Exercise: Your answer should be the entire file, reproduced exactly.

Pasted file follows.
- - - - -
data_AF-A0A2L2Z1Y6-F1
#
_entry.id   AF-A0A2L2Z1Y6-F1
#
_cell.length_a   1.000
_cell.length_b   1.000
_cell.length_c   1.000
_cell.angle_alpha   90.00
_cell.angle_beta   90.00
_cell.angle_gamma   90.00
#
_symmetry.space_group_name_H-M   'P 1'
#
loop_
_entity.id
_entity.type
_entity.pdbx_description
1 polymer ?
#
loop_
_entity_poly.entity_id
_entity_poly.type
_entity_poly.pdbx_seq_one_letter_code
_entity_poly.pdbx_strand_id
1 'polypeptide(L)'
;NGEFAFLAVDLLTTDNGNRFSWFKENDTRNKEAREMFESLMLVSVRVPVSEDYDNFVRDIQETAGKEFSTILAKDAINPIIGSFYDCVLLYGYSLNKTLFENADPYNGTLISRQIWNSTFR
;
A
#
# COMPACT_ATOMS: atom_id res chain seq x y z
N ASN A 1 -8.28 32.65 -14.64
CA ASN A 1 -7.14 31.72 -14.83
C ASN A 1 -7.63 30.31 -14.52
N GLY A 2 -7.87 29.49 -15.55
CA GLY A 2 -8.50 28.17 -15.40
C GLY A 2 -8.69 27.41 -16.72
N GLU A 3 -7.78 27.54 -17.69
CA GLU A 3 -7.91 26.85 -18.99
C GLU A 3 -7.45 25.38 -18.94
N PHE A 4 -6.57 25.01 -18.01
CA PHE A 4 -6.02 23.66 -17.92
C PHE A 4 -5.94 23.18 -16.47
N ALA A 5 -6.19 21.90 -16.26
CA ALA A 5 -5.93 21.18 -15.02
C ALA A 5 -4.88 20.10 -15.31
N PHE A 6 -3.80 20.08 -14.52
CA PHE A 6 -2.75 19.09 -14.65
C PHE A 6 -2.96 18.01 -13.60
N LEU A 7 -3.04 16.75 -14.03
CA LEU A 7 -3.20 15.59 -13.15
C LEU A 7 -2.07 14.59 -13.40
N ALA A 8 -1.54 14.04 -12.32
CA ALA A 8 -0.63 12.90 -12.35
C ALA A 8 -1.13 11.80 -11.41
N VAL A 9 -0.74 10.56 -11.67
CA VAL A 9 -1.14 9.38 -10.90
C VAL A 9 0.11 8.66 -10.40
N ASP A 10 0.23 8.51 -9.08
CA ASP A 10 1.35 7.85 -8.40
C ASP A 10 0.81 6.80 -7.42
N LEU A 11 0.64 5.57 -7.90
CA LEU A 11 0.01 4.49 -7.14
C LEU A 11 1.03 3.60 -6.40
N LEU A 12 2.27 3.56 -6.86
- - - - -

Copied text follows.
data_AF-A0A2L2Z1Y6-F1
#
_entry.id   AF-A0A2L2Z1Y6-F1
#
_cell.length_a   1.000
_cell.length_b   1.000
_cell.length_c   1.000
_cell.angle_alpha   90.00
_cell.angle_beta   90.00
_cell.angle_gamma   90.00
#
_symmetry.space_group_name_H-M   'P 1'
#
loop_
_entity.id
_entity.type
_entity.pdbx_description
1 polymer ?
#
loop_
_entity_poly.entity_id
_entity_poly.type
_entity_poly.pdbx_seq_one_letter_code
_entity_poly.pdbx_strand_id
1 'polypeptide(L)'
;NGEFAFLAVDLLTTDNGNRFSWFKENDTRNKEAREMFESLMLVSVRVPVSEDYDNFVRDIQETAGKEFSTILAKDAINPIIGSFYDCVLLYGYSLNKTLFENADPYNGTLISRQIWNSTFR
;
A
#
# COMPACT_ATOMS: atom_id res chain seq x y z
N ASN A 1 -8.28 32.65 -14.64
CA ASN A 1 -7.14 31.72 -14.83
C ASN A 1 -7.63 30.31 -14.52
N GLY A 2 -7.87 29.49 -15.55
CA GLY A 2 -8.50 28.17 -15.40
C GLY A 2 -8.69 27.41 -16.72
N GLU A 3 -7.78 27.54 -17.69
CA GLU A 3 -7.91 26.85 -18.99
C GLU A 3 -7.45 25.38 -18.94
N PHE A 4 -6.57 25.01 -18.01
CA PHE A 4 -6.02 23.66 -17.92
C PHE A 4 -5.94 23.18 -16.47
N ALA A 5 -6.19 21.90 -16.26
CA ALA A 5 -5.93 21.18 -15.02
C ALA A 5 -4.88 20.10 -15.31
N PHE A 6 -3.80 20.08 -14.52
CA PHE A 6 -2.75 19.09 -14.65
C PHE A 6 -2.96 18.01 -13.60
N LEU A 7 -3.04 16.75 -14.03
CA LEU A 7 -3.20 15.59 -13.15
C LEU A 7 -2.07 14.59 -13.40
N ALA A 8 -1.54 14.04 -12.32
CA ALA A 8 -0.63 12.90 -12.35
C ALA A 8 -1.13 11.80 -11.41
N VAL A 9 -0.74 10.56 -11.67
CA VAL A 9 -1.14 9.38 -10.90
C VAL A 9 0.11 8.66 -10.40
N ASP A 10 0.23 8.51 -9.08
CA ASP A 10 1.35 7.85 -8.40
C ASP A 10 0.81 6.80 -7.42
N LEU A 11 0.64 5.57 -7.90
CA LEU A 11 0.01 4.49 -7.14
C LEU A 11 1.03 3.60 -6.40
N LEU A 12 2.27 3.56 -6.86